Nicole Six & Paul Petritsch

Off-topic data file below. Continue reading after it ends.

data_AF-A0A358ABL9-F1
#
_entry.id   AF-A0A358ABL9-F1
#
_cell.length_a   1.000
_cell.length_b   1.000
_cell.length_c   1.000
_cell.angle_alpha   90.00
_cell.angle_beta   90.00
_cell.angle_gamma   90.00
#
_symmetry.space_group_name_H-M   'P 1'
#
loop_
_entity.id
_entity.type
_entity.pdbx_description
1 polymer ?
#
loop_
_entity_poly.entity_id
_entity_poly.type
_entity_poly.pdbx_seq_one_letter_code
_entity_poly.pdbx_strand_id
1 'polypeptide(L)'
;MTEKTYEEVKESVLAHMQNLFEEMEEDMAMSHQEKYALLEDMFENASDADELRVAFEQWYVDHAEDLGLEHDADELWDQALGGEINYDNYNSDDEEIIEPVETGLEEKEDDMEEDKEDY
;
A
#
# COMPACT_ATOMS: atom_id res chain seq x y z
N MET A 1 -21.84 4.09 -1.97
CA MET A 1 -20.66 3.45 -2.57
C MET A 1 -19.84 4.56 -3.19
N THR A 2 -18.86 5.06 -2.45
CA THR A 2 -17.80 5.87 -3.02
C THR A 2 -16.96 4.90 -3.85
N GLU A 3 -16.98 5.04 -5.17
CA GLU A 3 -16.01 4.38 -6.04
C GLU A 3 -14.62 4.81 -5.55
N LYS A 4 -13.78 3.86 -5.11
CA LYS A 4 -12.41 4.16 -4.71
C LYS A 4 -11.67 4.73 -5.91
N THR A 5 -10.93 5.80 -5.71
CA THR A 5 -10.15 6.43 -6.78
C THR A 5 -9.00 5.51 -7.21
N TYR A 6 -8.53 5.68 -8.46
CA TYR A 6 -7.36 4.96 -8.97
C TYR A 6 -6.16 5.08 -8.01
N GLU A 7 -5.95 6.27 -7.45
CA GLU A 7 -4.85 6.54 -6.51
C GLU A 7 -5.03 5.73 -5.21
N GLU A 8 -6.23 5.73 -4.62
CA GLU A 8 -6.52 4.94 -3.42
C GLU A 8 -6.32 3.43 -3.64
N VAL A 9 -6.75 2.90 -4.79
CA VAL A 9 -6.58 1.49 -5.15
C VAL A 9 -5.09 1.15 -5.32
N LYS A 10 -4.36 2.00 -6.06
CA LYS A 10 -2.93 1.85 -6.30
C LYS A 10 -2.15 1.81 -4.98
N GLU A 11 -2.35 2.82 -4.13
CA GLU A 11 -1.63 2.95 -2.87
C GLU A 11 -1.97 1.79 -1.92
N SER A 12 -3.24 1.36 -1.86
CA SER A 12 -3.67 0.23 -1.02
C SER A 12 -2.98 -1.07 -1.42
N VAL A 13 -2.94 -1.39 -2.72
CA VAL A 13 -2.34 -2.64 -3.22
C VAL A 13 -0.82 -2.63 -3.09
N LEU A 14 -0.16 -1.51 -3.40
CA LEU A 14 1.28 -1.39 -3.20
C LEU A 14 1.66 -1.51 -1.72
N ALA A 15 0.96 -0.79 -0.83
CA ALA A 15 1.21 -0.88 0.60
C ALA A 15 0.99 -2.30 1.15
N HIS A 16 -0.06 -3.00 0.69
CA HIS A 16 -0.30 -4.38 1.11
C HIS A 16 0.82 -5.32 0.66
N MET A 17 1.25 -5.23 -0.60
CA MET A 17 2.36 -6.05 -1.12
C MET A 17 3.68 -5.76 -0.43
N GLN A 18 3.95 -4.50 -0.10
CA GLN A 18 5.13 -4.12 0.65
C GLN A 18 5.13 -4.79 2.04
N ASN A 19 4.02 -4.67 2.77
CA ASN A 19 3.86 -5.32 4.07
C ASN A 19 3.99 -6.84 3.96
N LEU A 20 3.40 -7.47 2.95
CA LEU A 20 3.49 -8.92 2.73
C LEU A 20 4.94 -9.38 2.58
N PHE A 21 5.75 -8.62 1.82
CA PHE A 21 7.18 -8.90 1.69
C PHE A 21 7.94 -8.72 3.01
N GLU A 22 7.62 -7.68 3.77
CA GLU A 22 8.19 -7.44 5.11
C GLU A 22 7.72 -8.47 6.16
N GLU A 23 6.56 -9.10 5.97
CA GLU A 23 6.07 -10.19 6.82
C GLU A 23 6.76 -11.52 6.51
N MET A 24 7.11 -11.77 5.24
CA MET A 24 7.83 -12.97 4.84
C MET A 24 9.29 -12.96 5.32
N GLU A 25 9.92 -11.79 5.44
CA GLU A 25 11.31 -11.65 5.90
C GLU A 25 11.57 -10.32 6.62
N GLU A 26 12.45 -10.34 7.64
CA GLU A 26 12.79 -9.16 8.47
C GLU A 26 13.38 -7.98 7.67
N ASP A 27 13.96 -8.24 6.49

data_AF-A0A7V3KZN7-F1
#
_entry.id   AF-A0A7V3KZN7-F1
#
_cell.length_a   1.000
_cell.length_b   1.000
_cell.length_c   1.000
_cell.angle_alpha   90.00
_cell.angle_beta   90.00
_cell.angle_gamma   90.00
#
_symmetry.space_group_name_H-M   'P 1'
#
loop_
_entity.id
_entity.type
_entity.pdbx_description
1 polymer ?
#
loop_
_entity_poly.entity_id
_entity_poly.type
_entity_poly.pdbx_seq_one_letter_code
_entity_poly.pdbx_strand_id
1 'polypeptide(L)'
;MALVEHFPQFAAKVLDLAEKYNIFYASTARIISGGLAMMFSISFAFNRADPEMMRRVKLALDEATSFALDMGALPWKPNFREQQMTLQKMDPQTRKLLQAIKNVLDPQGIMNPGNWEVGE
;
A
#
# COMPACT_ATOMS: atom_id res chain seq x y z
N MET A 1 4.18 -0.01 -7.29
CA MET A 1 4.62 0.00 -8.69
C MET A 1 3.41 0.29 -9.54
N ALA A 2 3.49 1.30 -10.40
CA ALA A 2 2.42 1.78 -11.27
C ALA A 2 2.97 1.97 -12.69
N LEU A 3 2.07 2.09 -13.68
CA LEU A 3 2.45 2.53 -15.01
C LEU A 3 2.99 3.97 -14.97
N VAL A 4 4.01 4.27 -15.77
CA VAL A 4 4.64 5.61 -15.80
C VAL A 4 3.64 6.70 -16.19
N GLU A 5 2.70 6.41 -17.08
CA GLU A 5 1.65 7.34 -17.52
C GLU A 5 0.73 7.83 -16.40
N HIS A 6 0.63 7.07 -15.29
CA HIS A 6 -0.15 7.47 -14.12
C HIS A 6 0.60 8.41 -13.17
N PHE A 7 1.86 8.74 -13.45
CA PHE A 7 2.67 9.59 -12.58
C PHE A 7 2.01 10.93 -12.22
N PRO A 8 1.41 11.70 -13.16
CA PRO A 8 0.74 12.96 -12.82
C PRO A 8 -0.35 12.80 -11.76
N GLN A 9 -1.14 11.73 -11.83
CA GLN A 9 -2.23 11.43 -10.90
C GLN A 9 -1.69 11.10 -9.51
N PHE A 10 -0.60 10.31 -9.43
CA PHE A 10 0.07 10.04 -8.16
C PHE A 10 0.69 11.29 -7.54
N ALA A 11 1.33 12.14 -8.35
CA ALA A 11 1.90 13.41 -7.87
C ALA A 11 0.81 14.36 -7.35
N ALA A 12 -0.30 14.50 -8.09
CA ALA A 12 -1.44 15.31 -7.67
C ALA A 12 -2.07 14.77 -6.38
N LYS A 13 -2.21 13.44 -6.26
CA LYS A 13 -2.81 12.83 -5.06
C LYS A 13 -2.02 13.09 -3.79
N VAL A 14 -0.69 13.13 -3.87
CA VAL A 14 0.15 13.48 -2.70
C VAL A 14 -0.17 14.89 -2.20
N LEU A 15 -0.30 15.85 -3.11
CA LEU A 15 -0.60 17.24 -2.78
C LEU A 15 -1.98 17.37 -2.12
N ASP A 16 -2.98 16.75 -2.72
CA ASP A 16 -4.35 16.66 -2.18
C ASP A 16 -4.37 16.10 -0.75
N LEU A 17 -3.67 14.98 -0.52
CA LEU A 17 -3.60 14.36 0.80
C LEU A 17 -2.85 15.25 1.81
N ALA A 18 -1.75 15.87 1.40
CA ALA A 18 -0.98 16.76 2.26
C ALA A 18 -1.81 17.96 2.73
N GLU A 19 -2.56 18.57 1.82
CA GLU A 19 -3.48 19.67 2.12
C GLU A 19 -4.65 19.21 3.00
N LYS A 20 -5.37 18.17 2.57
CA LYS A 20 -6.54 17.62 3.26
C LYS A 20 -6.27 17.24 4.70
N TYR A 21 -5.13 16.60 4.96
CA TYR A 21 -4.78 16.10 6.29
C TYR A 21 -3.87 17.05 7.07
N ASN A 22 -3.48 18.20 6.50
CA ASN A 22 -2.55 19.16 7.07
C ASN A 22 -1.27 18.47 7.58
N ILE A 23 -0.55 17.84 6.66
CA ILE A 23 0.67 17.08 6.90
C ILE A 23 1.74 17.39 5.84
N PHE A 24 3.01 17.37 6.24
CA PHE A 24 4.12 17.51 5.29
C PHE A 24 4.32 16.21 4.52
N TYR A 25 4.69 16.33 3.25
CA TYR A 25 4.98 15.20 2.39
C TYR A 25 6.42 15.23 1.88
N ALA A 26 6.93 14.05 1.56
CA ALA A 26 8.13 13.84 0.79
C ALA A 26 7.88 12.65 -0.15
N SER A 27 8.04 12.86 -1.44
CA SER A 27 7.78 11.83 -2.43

In the middle of the picture a darkly clad figure stands on the frozen surface of the ice. Armed with an ice pick, the figure is seen striking the frozen ground. It is the motif with which the video Räumliche Massnahme (1) [Spatial Intervention] (2002) begins, and the one with which it will also end. For a whole 28 minutes, the lonely figure continues relentlessly performing this senseless and incongruous act. As the horizon dissolves in diffuse light, the spatial situation remains vague. At first, the scene appears enigmatic, even absurd; ultimately, it becomes unbearable. Here someone is carrying out a ‘spatial intervention’, apparently searching for the only way out of this nothingness that extends in every direction. It takes a certain amount of perseverance, and effort, to carry on watching this repetitive sequence of movements – the raising of the arm, the striking of the ground – as indeed does the activity itself. For all the monotony, the mood is by no means meditative; if anything, the tension only grows. When the video image finally ends, leaving a black screen behind, we hear a cracking sound, and a scream. These sounds leave us in no doubt whatsoever that the ice has just cracked and the figure has plunged into the freezing cold water below. The downward escape of the ‘spatial intervention’ has proved to be its undoing, and its demise.